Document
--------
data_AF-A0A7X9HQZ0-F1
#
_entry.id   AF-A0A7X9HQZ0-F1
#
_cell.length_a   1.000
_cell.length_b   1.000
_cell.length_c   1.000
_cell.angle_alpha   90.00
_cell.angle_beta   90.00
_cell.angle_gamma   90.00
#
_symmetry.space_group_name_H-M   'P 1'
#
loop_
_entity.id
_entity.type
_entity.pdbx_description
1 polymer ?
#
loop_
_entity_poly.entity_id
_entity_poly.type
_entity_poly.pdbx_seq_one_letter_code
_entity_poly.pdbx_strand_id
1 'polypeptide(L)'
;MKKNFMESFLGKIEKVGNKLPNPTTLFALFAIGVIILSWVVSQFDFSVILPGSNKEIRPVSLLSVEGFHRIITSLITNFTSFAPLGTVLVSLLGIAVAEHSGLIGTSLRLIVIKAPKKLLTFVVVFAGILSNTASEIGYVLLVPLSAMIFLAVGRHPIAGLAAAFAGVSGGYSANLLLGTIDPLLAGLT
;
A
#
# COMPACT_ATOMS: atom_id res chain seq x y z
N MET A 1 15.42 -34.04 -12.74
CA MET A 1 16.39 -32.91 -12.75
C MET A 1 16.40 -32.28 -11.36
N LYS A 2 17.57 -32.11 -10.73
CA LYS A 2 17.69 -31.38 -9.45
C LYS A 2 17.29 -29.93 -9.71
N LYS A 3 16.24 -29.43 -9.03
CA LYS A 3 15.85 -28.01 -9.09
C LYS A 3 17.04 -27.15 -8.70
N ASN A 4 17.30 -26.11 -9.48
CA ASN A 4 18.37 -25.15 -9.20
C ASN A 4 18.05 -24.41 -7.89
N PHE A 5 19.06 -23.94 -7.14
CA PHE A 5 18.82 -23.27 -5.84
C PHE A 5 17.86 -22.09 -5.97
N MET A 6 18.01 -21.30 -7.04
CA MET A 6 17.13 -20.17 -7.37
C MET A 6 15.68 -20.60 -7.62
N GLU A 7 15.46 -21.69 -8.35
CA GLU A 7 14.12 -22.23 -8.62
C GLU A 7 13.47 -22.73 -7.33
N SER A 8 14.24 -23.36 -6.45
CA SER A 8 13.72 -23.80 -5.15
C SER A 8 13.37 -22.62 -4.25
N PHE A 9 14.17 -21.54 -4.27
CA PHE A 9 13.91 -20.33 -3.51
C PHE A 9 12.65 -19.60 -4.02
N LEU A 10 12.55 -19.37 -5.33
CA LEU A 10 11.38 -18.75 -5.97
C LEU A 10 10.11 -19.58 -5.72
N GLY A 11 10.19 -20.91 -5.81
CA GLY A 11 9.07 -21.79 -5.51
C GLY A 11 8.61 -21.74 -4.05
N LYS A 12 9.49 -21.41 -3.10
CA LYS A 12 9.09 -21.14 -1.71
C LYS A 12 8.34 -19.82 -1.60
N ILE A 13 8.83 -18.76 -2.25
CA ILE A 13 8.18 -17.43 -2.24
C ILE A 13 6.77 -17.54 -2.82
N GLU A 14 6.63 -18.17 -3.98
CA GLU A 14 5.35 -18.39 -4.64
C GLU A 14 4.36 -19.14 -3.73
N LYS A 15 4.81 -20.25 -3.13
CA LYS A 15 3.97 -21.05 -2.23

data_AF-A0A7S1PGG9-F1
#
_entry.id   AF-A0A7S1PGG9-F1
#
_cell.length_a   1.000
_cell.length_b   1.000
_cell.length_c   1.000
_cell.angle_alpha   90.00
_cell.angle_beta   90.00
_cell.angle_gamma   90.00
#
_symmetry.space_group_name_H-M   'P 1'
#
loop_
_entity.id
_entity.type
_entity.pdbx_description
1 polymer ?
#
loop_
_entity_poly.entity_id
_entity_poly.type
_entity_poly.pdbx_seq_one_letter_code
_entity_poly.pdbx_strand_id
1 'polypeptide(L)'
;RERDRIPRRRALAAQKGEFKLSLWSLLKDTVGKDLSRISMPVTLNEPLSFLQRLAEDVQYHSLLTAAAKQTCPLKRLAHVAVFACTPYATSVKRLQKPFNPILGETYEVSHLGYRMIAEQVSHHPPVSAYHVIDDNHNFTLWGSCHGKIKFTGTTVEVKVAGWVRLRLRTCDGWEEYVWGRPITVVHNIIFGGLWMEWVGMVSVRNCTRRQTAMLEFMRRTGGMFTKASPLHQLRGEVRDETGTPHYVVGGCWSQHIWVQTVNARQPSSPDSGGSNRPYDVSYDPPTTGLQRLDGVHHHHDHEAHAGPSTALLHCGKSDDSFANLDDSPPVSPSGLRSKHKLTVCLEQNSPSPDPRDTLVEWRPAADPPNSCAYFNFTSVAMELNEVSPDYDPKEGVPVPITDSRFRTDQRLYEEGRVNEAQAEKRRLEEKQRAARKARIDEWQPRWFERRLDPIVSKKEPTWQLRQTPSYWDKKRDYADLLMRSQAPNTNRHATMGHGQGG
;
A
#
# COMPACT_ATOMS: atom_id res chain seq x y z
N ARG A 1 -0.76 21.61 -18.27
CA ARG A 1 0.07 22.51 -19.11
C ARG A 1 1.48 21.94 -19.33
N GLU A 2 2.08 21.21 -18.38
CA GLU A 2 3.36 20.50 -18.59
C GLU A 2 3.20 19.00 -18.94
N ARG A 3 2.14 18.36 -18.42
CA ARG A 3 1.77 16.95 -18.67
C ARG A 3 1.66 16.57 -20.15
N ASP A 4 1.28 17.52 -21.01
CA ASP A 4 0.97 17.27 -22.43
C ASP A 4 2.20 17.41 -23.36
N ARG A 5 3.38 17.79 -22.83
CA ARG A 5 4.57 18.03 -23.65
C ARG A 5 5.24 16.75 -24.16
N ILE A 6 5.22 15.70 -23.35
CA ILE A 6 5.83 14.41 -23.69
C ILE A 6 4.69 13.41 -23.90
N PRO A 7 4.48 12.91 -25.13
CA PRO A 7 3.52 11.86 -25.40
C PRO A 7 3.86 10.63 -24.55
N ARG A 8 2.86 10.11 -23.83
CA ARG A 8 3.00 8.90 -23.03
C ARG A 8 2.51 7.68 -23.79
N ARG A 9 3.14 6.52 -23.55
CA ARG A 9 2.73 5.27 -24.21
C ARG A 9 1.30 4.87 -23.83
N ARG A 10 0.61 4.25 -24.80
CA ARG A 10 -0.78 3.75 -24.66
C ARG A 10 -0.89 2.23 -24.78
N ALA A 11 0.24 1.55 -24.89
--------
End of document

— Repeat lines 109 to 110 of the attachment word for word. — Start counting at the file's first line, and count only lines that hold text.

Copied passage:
CA GLU A 2 3.36 20.50 -18.59
C GLU A 2 3.20 19.00 -18.94